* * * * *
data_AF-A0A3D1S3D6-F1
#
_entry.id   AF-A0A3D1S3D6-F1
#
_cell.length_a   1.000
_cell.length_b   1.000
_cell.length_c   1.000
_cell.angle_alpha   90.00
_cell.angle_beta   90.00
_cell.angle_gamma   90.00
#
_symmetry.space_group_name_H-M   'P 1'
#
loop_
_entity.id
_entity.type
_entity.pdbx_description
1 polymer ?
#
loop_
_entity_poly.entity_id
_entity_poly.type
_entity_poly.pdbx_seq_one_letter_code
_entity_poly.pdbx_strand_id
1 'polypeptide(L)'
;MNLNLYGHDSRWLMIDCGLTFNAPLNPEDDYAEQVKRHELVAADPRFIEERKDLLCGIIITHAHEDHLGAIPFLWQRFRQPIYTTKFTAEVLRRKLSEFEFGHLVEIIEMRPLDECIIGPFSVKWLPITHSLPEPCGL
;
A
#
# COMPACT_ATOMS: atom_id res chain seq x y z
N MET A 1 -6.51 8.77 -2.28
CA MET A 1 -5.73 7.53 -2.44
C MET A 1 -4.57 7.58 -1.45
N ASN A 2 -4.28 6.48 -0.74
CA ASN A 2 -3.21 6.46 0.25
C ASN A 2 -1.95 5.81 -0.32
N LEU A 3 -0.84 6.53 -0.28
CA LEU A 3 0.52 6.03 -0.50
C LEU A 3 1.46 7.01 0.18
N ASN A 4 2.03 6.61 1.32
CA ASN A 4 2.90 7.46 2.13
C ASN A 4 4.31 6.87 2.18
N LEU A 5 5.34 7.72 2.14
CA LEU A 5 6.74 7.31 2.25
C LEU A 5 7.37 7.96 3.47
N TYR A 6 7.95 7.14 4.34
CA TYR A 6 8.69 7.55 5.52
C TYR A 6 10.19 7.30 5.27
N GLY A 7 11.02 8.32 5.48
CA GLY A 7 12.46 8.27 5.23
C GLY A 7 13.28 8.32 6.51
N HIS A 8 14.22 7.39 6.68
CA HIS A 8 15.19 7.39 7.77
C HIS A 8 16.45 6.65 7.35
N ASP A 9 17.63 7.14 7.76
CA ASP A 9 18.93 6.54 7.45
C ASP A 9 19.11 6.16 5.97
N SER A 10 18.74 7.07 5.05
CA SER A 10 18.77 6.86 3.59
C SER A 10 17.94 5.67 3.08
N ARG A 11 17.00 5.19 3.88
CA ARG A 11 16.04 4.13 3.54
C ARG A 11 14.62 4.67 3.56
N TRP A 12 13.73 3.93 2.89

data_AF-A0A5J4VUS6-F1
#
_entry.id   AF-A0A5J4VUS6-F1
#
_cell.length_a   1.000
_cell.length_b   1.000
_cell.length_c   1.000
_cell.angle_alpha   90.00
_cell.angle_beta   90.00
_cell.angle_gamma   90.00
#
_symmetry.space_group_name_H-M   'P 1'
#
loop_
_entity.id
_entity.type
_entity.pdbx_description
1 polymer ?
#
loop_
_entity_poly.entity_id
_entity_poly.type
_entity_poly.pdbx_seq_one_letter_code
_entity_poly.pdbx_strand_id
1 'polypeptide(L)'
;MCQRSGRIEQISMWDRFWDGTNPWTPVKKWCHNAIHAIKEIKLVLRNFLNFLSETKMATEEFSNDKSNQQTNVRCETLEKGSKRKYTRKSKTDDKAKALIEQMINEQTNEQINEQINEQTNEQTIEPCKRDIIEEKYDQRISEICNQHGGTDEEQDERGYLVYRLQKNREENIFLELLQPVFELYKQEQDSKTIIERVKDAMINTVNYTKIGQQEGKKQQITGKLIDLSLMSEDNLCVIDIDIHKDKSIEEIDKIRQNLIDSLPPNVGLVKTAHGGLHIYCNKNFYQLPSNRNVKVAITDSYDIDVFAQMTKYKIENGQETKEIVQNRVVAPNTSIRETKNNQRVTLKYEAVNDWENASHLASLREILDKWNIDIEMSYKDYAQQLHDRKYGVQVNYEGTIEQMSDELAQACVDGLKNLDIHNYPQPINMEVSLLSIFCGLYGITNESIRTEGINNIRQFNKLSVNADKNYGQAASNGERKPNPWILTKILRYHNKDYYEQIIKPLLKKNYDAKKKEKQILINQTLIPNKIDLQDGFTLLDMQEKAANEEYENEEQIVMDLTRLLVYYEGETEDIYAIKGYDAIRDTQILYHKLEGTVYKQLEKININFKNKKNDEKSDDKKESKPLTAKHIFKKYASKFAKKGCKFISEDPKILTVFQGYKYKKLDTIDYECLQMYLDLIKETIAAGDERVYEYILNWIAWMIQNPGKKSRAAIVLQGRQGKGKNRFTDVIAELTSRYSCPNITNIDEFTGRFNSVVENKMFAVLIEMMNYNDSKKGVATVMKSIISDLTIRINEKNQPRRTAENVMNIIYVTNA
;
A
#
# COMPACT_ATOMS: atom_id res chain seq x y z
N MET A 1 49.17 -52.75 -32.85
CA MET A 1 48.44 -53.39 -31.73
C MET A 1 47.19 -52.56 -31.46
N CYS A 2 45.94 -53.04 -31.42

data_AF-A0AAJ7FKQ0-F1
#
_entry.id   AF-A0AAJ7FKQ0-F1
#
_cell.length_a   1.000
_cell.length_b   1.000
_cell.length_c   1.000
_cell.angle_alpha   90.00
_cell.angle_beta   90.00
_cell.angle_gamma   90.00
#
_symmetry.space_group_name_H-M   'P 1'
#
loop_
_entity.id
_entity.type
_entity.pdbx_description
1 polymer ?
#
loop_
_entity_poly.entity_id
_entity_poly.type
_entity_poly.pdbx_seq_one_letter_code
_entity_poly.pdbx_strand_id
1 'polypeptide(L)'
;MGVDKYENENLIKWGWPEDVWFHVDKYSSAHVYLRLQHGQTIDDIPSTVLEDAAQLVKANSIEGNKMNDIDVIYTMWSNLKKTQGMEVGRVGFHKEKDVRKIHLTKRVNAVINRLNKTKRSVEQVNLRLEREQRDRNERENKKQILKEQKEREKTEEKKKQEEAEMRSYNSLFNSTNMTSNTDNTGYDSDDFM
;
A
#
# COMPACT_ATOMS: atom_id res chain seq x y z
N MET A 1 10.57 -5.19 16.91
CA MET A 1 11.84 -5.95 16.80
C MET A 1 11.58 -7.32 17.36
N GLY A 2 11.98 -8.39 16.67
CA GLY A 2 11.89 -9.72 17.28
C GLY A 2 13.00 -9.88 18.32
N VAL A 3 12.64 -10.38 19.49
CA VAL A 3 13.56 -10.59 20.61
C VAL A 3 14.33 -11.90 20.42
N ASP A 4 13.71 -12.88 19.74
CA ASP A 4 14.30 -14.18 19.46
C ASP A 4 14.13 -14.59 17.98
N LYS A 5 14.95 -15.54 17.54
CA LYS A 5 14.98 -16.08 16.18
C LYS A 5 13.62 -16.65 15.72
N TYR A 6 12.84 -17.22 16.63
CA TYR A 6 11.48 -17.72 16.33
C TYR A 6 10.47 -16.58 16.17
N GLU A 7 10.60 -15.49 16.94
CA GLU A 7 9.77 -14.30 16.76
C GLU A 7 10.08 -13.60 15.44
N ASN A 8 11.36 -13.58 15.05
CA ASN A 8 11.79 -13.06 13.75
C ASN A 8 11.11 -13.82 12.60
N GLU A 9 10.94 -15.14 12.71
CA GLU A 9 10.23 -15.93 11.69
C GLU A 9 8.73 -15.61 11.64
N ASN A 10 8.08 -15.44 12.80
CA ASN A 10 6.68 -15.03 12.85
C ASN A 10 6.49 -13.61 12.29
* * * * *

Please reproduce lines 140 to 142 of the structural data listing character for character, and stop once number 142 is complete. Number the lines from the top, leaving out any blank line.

C ASP A 4 14.13 -14.59 17.98
N LYS A 5 14.95 -15.54 17.54
CA LYS A 5 14.98 -16.08 16.18